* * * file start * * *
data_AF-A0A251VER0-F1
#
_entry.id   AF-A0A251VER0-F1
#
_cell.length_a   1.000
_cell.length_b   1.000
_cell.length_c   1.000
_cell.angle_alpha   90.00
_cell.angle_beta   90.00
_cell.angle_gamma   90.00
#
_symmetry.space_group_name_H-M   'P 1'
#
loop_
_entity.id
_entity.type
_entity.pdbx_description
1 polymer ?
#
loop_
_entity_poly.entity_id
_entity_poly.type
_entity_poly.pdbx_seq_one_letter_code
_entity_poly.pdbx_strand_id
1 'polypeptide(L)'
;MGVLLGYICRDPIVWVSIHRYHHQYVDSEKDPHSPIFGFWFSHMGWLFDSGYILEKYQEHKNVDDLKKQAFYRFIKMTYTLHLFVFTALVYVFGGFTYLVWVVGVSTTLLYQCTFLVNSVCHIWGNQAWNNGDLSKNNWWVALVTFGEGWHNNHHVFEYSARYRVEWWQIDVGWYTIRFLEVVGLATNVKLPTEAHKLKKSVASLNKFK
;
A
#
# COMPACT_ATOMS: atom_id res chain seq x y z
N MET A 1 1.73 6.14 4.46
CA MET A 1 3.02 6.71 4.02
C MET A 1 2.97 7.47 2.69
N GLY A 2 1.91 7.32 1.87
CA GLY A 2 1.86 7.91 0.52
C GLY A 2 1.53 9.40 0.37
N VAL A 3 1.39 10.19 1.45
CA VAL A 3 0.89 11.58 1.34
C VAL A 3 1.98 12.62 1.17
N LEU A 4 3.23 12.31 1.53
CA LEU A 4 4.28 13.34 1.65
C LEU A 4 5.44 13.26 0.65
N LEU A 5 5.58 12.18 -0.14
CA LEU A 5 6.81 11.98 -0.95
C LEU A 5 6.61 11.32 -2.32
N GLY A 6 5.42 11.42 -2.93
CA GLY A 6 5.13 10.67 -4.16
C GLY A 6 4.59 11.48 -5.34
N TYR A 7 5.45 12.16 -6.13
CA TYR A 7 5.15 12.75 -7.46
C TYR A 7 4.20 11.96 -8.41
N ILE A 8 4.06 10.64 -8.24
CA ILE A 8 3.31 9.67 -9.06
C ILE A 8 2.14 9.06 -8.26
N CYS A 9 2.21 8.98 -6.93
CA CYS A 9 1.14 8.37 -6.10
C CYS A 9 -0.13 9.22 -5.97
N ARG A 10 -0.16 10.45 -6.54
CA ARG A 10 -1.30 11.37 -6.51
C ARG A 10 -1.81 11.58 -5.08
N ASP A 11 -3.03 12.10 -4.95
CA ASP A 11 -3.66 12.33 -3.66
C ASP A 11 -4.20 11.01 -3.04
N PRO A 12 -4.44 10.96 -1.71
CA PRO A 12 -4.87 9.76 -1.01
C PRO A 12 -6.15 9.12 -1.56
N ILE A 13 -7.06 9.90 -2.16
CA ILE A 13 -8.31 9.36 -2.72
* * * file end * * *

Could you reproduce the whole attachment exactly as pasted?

data_AF-A0A251VER0-F1
#
_entry.id   AF-A0A251VER0-F1
#
_cell.length_a   1.000
_cell.length_b   1.000
_cell.length_c   1.000
_cell.angle_alpha   90.00
_cell.angle_beta   90.00
_cell.angle_gamma   90.00
#
_symmetry.space_group_name_H-M   'P 1'
#
loop_
_entity.id
_entity.type
_entity.pdbx_description
1 polymer ?
#
loop_
_entity_poly.entity_id
_entity_poly.type
_entity_poly.pdbx_seq_one_letter_code
_entity_poly.pdbx_strand_id
1 'polypeptide(L)'
;MGVLLGYICRDPIVWVSIHRYHHQYVDSEKDPHSPIFGFWFSHMGWLFDSGYILEKYQEHKNVDDLKKQAFYRFIKMTYTLHLFVFTALVYVFGGFTYLVWVVGVSTTLLYQCTFLVNSVCHIWGNQAWNNGDLSKNNWWVALVTFGEGWHNNHHVFEYSARYRVEWWQIDVGWYTIRFLEVVGLATNVKLPTEAHKLKKSVASLNKFK
;
A
#
# COMPACT_ATOMS: atom_id res chain seq x y z
N MET A 1 1.73 6.14 4.46
CA MET A 1 3.02 6.71 4.02
C MET A 1 2.97 7.47 2.69
N GLY A 2 1.91 7.32 1.87
CA GLY A 2 1.86 7.91 0.52
C GLY A 2 1.53 9.40 0.37
N VAL A 3 1.39 10.19 1.45
CA VAL A 3 0.89 11.58 1.34
C VAL A 3 1.98 12.62 1.17
N LEU A 4 3.23 12.31 1.53
CA LEU A 4 4.28 13.34 1.65
C LEU A 4 5.44 13.26 0.65
N LEU A 5 5.58 12.18 -0.14
CA LEU A 5 6.81 11.98 -0.95
C LEU A 5 6.61 11.32 -2.32
N GLY A 6 5.42 11.42 -2.93
CA GLY A 6 5.13 10.67 -4.16
C GLY A 6 4.59 11.48 -5.34
N TYR A 7 5.45 12.16 -6.13
CA TYR A 7 5.15 12.75 -7.46
C TYR A 7 4.20 11.96 -8.41
N ILE A 8 4.06 10.64 -8.24
CA ILE A 8 3.31 9.67 -9.06
C ILE A 8 2.14 9.06 -8.26
N CYS A 9 2.21 8.98 -6.93
CA CYS A 9 1.14 8.37 -6.10
C CYS A 9 -0.13 9.22 -5.97
N ARG A 10 -0.16 10.45 -6.54
CA ARG A 10 -1.30 11.37 -6.51
C ARG A 10 -1.81 11.58 -5.08
N ASP A 11 -3.03 12.10 -4.95
CA ASP A 11 -3.66 12.33 -3.66
C ASP A 11 -4.20 11.01 -3.04
N PRO A 12 -4.44 10.96 -1.71
CA PRO A 12 -4.87 9.76 -1.01
C PRO A 12 -6.15 9.12 -1.56
N ILE A 13 -7.06 9.90 -2.16
CA ILE A 13 -8.31 9.36 -2.72